Review By HOMA WOODRUM
Molly’s Organic Farm is written by Carol L. Malnor and Trina L. Hunner, and realistically illustrated by Trina L. Hunner. I received the book from Dawn Publications as a review copy and, much like their other offerings, it does not disappoint. The book is based on the true story of a cat named Molly who is welcomed on an organic farm. Told through the seasons and Molly’s experiences, the book uses third person narration to let the reader learn about the organic farm along with Molly.
Molly explores things like fields of greens and the compost pile as the book’s text explains what compost is and how it is used. She watches the helpful insects that live among the growing plants as spring turns to summer and the time soon arrives for the farmer’s market. Some readers may want to note that while the farmers give Molly milk to drink at one point in the story, cow’s milk is not as suitable as traditional wisdom would have one believe. After the passing of pumpkin and harvest season on the farm, Molly starts to worry and feel the cold of winter approaching. Just then, a farmer brings Molly inside and lets her know that “[y]ou’ll never need to roam the city streets again. And in the spring you’ll be back on the farm with all your friends.”
I don’t think I can do the level of detail on each page of the book justice, I didn’t even notice until reading the additional information at the back of the book (there are photos of adorable Molly there as well, can you tell I’m a cat person?) that the story featured each of Molly’s five senses in little inset images scattered through the book. Through telling the story of how a stray cat found a safe and loving home, the book also has a lot of information about vegetable farming and the people, insects, and animals that all come into play to bring delicious organic food to our tables.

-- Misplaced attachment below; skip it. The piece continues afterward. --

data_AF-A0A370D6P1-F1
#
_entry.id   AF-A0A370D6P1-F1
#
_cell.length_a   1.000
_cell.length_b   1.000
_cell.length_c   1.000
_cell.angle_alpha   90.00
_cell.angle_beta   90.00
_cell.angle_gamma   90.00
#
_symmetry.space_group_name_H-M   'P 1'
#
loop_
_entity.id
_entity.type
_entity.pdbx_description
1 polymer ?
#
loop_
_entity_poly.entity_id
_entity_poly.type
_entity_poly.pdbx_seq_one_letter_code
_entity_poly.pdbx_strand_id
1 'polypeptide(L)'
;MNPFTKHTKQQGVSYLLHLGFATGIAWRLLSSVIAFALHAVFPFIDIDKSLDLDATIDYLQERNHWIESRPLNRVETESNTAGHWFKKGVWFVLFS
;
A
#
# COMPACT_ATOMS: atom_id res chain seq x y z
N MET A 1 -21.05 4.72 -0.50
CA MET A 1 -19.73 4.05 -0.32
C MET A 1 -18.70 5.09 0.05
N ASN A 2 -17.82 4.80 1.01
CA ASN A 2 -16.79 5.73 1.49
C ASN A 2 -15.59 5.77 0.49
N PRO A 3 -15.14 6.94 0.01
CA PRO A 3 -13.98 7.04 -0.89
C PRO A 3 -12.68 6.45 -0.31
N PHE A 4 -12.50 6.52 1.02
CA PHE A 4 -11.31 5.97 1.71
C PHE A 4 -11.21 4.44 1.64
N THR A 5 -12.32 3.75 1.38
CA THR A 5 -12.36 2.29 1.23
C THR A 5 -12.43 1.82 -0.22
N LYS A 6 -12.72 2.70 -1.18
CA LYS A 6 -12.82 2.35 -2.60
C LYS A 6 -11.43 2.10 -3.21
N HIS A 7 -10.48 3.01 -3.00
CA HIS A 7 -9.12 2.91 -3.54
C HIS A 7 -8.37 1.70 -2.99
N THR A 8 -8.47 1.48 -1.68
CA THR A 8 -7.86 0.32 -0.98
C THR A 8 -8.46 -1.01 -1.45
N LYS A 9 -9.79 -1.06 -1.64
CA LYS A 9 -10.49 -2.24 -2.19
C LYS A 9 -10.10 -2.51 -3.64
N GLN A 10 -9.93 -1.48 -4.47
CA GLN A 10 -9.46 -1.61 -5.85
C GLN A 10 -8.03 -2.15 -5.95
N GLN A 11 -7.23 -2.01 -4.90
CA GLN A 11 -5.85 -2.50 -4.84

Ages 3 and up.
Jen // Mar 21, 2012 at 12:50 pm
Vegetables and cats!! Sounds like its got our name all over it. Thanks for this review.
Homa // Mar 21, 2012 at 12:58 pm
Cats and gardens just go together, don’t they? Makes me miss my childhood tuxedo cat, he used to sit with me as I picked grapes when we had a little vineyard.